'Save our Homes' is an amendment to the Florida constitution that took effect in 1995. It limits the annual increase in the assessed value of homesteaded properties to 3% or the change in the National Consumer Price Index (CPI), whichever is less. However, to receive this benefit – you MUST apply and qualify for a Homestead Exemption. **Be aware that if you buy a home from someone who currently has a 'Save Our Homes' cap in place: That cap will be removed and the assessed value will go to market value. You must apply for a Homestead Exemption, and once approved, the cap will be applied automatically.

If your old home was homesteaded in the State of Florida, you may be eligible for Portability - the transfer of all or some of the 'Save Our Homes' benefit on your old home to the new home. (The 'Save Our Homes' benefit is the difference between the market and assessed values.) You must apply for Portability with the Property Appraiser's Office. See the Portability page for more information.
 

Below are Frequently Asked Questions relating to 'Save Our Homes':
(Florida State Statute 193.155)

1. What is the 'Save our Homes' law?
2. Is the 'Save our Homes' law a tax cap?
3. What properties are affected?
4. Does a house with partial homestead qualify?
5. Does 'Save our Homes' apply to homestead parcels with agricultural
classification?

6. What happens when I buy homesteaded property?
7. What happens when I sell my property?
8. Do I automatically get the cap when I buy a home?
9. What happens to the value of my homesteaded property when I
make additions or improvements to the parcel?

10. When certain changes in ownership between husband and wife,
legal and equitable title, owner and natural dependent, and
correction of errors occur; will I lose the 'Save Our Homes' benefit?

11. When filing a petition to the Value Adjustment Board which value is
challenged? Assessed Value or Market Value?

What is the 'Save Our Homes' law?
'Save our Homes' is an amendment to the Florida constitution that took effect in 1995. It limits the annual increase in the assessed value of homesteaded properties to 3% or the change in the National Consumer Price Index (CPI), whichever is less.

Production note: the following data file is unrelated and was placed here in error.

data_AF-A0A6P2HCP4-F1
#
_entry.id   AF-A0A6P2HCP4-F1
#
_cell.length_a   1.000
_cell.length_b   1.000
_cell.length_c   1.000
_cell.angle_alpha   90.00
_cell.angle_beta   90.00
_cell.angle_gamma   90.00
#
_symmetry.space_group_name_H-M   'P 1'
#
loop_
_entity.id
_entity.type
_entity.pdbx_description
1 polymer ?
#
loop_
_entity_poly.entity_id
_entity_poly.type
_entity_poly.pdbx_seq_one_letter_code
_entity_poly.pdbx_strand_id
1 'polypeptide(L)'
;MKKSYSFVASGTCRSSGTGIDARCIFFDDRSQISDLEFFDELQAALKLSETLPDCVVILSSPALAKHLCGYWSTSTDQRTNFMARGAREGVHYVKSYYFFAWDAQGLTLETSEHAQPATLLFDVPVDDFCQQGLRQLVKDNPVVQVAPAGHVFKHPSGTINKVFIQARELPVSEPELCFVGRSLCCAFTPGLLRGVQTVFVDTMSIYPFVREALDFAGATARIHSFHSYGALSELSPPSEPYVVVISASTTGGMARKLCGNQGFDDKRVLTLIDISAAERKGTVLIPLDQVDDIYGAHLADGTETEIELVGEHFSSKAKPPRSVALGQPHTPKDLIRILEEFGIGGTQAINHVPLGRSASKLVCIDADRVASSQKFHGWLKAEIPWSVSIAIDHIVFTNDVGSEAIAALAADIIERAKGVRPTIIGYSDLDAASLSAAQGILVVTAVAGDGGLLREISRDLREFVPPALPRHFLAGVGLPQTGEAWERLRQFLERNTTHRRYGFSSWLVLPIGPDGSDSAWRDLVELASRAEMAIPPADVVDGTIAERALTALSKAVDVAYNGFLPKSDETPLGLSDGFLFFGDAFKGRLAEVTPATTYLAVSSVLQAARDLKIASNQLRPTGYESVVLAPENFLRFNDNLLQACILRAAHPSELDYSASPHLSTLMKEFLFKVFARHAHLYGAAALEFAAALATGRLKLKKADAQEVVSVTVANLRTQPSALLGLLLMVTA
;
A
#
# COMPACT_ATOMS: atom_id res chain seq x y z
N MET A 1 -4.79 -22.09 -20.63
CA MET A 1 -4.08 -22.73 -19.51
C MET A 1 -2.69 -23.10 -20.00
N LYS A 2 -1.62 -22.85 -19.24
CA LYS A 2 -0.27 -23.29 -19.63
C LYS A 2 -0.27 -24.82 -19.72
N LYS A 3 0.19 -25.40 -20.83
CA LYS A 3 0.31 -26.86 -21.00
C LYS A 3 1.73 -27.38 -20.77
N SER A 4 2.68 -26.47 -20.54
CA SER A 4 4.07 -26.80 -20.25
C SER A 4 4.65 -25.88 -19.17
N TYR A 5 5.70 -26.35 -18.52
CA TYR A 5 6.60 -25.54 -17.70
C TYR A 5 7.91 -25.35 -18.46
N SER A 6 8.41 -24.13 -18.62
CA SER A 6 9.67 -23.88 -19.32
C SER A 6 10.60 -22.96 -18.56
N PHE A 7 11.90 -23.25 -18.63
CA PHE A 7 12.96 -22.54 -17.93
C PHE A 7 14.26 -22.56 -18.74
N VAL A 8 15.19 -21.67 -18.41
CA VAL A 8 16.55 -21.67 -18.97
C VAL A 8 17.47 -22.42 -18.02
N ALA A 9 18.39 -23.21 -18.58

See annual CPI listing at bottom of page.

Is the 'Save our Homes' law a tax cap?
No. It is a limit on the annual increase of the assessed value of a parcel, not the amount of taxes paid. The millage, determined by the various taxing authorities, may increase or decrease as those taxing authorities determine their budgets.

What properties are affected?
Only residential properties, which have a homestead exemption, qualify.

Does a house with partial homestead qualify?
Yes, but only the portion applicable under the homestead guidelines.

Does 'Save our Homes' apply to homestead parcels with agricultural classification?
Yes. The homestead portion qualifies. That is the residence and curtilage applicable to the homestead. Curtilage is the land and structures on agricultural classified property which immediately surround the homesteaded residence.

What happens when I buy homesteaded property?
At the end of the sale year all of the seller's exemptions and cap are removed and a new market and assessed value, based on market sales, is established for the next year. The assessed value may be lowered only if the new owner has portability (is transferring 'Save our Homes' savings from a previous homestead.) If a new homestead exemption is filed on that property, the 'Save our Homes' cap will be applied to the assessed value in future years.

What happens when I sell my property?
If the property was homesteaded, then at the end of the sale year all of the seller's exemptions and cap are removed and a new market and assessed value, based on market sales, is established for the next year. The assessed value may be lowered only if the new owner has portability (is transferring 'Save our Homes' savings from a previous homestead.)

Do I automatically get the cap when I buy a home?
No. You will need to apply for homestead exemption on your new home in order to qualify for the cap. **Be aware that if you buy from someone who currently has a cap in place: That cap will be removed and the assessed value will go to market value, unless you have portability. After the new assessed value is in place, and your homestead application is approved, the cap will be applied automatically.

What happens to the value of my homesteaded property when I make additions or improvements to the parcel?
The additions or improvements are assessed at market value in the year of construction and the value is added to your capped assessment. The additional value will be capped the following tax year.

When certain changes in ownership between husband and wife, legal and equitable title, owner and natural dependent, and correction of errors occur; will I lose the 'Save our Homes' benefit?
No. However, a new homestead application may be required to determine the eligibility of the related party to continue to receive the exemption.

When filing a petition to the Value Adjustment Board which value is challenged? Assessed Value or Market Value?
Market Value. This is the uncapped market value without any exemptions, etc.

Consumer Price Index (CPI) – Due to the 'Save our Homes' law, homesteaded property may only increase by the CPI change or 3%, whichever is less. Below are the annual percentages for calculating the increase in assessed values of homesteaded properties:

2016 - 0.7%
2015 - 0.8%
2014 - 1.5%
2013 - 1.7%
2012 - 3%
2011 - 1.5%
2010 - 2.7%
2009 - 0.1%
2008 - 3%
2007 - 2.5%
2006 - 3%
2005 - 3%
2004 - 1.9%
2003 - 2.4%
2002 - 1.6%
2001 - 3%